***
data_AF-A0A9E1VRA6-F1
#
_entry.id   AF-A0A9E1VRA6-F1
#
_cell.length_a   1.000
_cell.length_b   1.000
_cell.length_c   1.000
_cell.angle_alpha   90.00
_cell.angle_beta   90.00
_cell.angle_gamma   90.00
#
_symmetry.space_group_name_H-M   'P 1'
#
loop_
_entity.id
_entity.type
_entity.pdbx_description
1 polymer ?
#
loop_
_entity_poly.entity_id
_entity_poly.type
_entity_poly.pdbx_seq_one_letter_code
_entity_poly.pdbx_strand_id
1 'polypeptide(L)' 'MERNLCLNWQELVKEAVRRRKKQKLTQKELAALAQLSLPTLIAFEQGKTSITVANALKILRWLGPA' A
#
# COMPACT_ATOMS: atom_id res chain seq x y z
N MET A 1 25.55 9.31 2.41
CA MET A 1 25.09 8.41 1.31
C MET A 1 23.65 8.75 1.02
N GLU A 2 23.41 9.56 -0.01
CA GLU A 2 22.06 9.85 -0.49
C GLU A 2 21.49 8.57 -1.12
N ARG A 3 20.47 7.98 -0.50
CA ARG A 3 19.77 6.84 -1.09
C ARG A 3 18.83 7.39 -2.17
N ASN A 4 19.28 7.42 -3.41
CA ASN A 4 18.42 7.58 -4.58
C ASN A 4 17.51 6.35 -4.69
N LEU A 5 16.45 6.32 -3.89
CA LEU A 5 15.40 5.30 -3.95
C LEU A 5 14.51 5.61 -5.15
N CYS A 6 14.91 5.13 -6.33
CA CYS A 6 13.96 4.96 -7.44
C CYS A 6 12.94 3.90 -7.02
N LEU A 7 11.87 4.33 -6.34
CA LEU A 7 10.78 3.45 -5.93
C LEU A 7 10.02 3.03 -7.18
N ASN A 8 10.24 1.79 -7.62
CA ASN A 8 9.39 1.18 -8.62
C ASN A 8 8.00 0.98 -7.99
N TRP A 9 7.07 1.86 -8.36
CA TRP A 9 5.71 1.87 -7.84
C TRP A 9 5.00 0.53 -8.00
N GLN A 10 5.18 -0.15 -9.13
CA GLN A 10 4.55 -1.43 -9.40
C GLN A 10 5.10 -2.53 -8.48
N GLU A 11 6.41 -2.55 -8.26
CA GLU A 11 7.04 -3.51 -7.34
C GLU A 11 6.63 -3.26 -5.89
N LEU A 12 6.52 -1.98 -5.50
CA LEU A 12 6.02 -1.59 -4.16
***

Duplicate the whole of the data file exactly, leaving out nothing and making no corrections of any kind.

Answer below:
data_AF-A0A9E1VRA6-F1
#
_entry.id   AF-A0A9E1VRA6-F1
#
_cell.length_a   1.000
_cell.length_b   1.000
_cell.length_c   1.000
_cell.angle_alpha   90.00
_cell.angle_beta   90.00
_cell.angle_gamma   90.00
#
_symmetry.space_group_name_H-M   'P 1'
#
loop_
_entity.id
_entity.type
_entity.pdbx_description
1 polymer ?
#
loop_
_entity_poly.entity_id
_entity_poly.type
_entity_poly.pdbx_seq_one_letter_code
_entity_poly.pdbx_strand_id
1 'polypeptide(L)' 'MERNLCLNWQELVKEAVRRRKKQKLTQKELAALAQLSLPTLIAFEQGKTSITVANALKILRWLGPA' A
#
# COMPACT_ATOMS: atom_id res chain seq x y z
N MET A 1 25.55 9.31 2.41
CA MET A 1 25.09 8.41 1.31
C MET A 1 23.65 8.75 1.02
N GLU A 2 23.41 9.56 -0.01
CA GLU A 2 22.06 9.85 -0.49
C GLU A 2 21.49 8.57 -1.12
N ARG A 3 20.47 7.98 -0.50
CA ARG A 3 19.77 6.84 -1.09
C ARG A 3 18.83 7.39 -2.17
N ASN A 4 19.28 7.42 -3.41
CA ASN A 4 18.42 7.58 -4.58
C ASN A 4 17.51 6.35 -4.69
N LEU A 5 16.45 6.32 -3.89
CA LEU A 5 15.40 5.30 -3.95
C LEU A 5 14.51 5.61 -5.15
N CYS A 6 14.91 5.13 -6.33
CA CYS A 6 13.96 4.96 -7.44
C CYS A 6 12.94 3.90 -7.02
N LEU A 7 11.87 4.33 -6.34
CA LEU A 7 10.78 3.45 -5.93
C LEU A 7 10.02 3.03 -7.18
N ASN A 8 10.24 1.79 -7.62
CA ASN A 8 9.39 1.18 -8.62
C ASN A 8 8.00 0.98 -7.99
N TRP A 9 7.07 1.86 -8.36
CA TRP A 9 5.71 1.87 -7.84
C TRP A 9 5.00 0.53 -8.00
N GLN A 10 5.18 -0.15 -9.13
CA GLN A 10 4.55 -1.43 -9.40
C GLN A 10 5.10 -2.53 -8.48
N GLU A 11 6.41 -2.55 -8.26
CA GLU A 11 7.04 -3.51 -7.34
C GLU A 11 6.63 -3.26 -5.89
N LEU A 12 6.52 -1.98 -5.50
CA LEU A 12 6.02 -1.59 -4.16